Sunday, June 17, 2007

ELISA spot in a flash animation

I love using visual aids to educate myself. I wish that I had more of them available when I was growing up. Heck, I wish that I could use them more extensively in my current self-education.

That's why I like this little animated clip. It depicts a biological assay that's used to capture the secretory footprints of blood cells. Certain B cells will secrete certain antibodies, for example. Additionally, different T cells will secrete different types of cytokines. That's the kind of assay that's depicted here. It shows how many T cells responded with a given cytokine to a particular type of stimulus.

Thursday, April 26, 2007


The National Institutes of Health (NIH) is attempting to develop a new, safer vaccine against smallpox. This is part of an ongoing attempt to protect the nation against the threat of bioterrorism and bioweaponry--that is, the use of weaponized pathogens. Similar research is being conducted to protect the populace against other diseases, such as the plague.

Various species of monkeys have been used to test the efficacy of the proposed vaccine (modified vaccinia Ankara, or MVA). Monkeys are inoculated with MVA, then exposed to the monkeypox virus, which closely resembles smallpox. The researchers then determine if the vaccine provides any protection against the virus. Unfortunately, this does result in the monkeys' deaths.

It would clearly be unethical to test the vaccine on humans in the same fashion. (I have a hard enough time thinking about these poor simians.) Fortunately, the ELISPOT technique allows immune response monitoring to be performed ex vivo; that is, without injecting any pathogens into a human host.

Wednesday, April 18, 2007


Nothing earthshaking, folks. I just wanted to plug the SciWeb website. It's pretty neat and a pretty good informational resource for life science research, equipment and so forth.

I especially like the SciJobs section. Oh, I'm not looking for a job, mind you. However, I wish I had known about this resource four years ago, when I was searching for employment. The company directory and press releases sections are also quite nice. So is the product announcements section, although some of the announcements appear to be kinda trivial.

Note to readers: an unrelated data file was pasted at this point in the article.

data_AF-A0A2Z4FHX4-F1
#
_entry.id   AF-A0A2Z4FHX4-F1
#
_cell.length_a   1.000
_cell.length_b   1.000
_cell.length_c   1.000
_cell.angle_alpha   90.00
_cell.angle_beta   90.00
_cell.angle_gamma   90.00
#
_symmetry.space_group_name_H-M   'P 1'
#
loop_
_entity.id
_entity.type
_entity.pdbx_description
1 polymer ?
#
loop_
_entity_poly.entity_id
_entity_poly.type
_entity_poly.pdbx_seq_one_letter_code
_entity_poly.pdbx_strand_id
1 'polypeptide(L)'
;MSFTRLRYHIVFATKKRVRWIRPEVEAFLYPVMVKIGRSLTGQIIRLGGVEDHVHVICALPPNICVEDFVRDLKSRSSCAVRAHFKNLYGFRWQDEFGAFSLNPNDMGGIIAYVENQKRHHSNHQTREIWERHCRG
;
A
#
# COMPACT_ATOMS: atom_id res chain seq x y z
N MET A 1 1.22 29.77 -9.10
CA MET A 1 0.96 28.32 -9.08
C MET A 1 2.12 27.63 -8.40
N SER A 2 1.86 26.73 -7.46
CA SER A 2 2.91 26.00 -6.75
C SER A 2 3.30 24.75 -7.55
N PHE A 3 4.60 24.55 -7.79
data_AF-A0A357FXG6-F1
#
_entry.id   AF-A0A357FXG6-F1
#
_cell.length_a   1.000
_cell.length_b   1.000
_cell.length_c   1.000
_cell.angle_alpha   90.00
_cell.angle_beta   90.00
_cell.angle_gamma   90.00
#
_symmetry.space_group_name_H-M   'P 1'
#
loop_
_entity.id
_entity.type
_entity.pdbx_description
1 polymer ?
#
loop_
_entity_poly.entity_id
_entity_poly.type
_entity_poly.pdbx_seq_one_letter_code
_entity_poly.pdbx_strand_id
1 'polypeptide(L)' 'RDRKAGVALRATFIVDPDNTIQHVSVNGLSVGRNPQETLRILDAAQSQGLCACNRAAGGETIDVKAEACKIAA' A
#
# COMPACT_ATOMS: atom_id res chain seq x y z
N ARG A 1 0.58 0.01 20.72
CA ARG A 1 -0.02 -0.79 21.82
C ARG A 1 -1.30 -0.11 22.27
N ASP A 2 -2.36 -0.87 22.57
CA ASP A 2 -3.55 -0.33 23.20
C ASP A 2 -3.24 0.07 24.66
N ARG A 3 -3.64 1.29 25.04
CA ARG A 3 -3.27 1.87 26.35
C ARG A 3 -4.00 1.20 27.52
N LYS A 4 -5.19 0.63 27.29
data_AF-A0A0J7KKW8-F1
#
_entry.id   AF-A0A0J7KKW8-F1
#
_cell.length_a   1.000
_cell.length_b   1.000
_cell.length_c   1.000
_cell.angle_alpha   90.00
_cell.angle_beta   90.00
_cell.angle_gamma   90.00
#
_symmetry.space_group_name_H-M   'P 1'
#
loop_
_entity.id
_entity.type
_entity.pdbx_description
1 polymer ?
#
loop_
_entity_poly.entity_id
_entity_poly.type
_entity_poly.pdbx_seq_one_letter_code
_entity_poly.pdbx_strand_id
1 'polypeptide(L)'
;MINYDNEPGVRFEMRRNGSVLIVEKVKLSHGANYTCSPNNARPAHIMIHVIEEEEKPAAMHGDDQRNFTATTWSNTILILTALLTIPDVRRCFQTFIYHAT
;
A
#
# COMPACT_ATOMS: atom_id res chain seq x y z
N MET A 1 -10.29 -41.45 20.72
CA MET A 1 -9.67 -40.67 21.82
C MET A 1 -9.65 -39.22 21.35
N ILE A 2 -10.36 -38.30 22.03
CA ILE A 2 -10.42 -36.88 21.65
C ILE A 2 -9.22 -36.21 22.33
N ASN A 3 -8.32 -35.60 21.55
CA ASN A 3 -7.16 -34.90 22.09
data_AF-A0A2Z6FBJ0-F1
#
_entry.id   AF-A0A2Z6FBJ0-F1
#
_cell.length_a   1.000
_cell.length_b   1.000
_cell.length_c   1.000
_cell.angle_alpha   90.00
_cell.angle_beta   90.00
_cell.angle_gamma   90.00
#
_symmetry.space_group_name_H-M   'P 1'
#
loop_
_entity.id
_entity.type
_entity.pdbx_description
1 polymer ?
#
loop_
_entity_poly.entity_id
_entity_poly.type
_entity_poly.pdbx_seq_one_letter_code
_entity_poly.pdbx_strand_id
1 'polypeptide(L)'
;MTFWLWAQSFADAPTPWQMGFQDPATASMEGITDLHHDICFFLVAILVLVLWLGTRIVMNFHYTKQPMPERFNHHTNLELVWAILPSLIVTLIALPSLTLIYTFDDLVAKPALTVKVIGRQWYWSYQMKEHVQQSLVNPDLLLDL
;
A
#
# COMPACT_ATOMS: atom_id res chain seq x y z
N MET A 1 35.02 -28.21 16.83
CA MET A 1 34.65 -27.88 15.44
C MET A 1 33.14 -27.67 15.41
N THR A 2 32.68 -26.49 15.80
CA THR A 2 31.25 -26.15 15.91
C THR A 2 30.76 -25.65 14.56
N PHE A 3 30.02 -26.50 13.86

I would kinda like to advertise this job opening that my employer has; however, I don't think we want to spend any money on these job ads.

Tuesday, April 17, 2007

Manipulator grasp classifications

Gripper and fixture grasps can fall under different categories. The two most important grasp classifications are known as form closure and force closure grasps. These terms were first used by Reuleaux in his studies of machine design, and were later applied to robotic grasping by Salisbury. However, recent inconsistent use of these terms has confused their meanings.

A fixed set of contacts on a rigid object is said to exhibit form closure if the object's equilibrium is maintained despite any possible externally applied wrench (i.e. a force, a torque, or a combination thereof). In other words, the geometries and relative poses of the object and the contacting body--a gripper or fixture, for example--suffice to hold the object in place with complete kinematic constraint. Form closure is therefore more preferable to force closure, in which the applied manipulator force is further required as a consideration.

In developing a gripper or fixture, one should therefore strive for form closure. In certain important instances, however, this would be is impossible. For example, any part which is axisymmetric (such as a sphere) cannot be kinematically constrained in form closure. Under such circumstances, a robotic manipulation strategy should strive for frictional form closure (a type of force closure) instead. Under frictional form closure, friction contributes to immobilize a grasped part which is otherwise not fully kinematically constrained by a gripper.

Saturday, April 14, 2007

Multiple sclerosis

Disseminated sclerosis is a chronic, inflammatory disease that affects the central nervous system. It is more commonly known as multiple sclerosis. Its symptoms include changes in sensation, visual problems, muscle weakness, cognitive impairment, dysfunctions in balance, speech and muscular coordination, severe fatigue, depression, overheating, and pain.

Multiple sclerosis is believed to be an autoimmune disease in which some unknown trigger initiates an immune response against brain proteins. This is known as an autoaggressive response, and according to this hypothesis, it causes the breakdown of the myelin sheaths that protect nerve axons. This leads to impaired nerve conduction and subsequent neurodegeneration, both of which are characteristic of MS.

Epitope mapping has applications in understanding multiple sclerosis. This mapping can be performed using ELISPOT assays.

Monday, January 15, 2007

Revisiting ELISA Spot assays

ELISA spot assays are used for the quantitative determination of single cells secreting a specific cytokine. They are known as ELISA spot assays due to their similarities to the ELISA method, but nowadays, they are more commonly referred to as ELISPOT assays.

Kits are available which contain the basic components and protocols required to perform colorimetric assays wherein one spot marks one cell to be identified.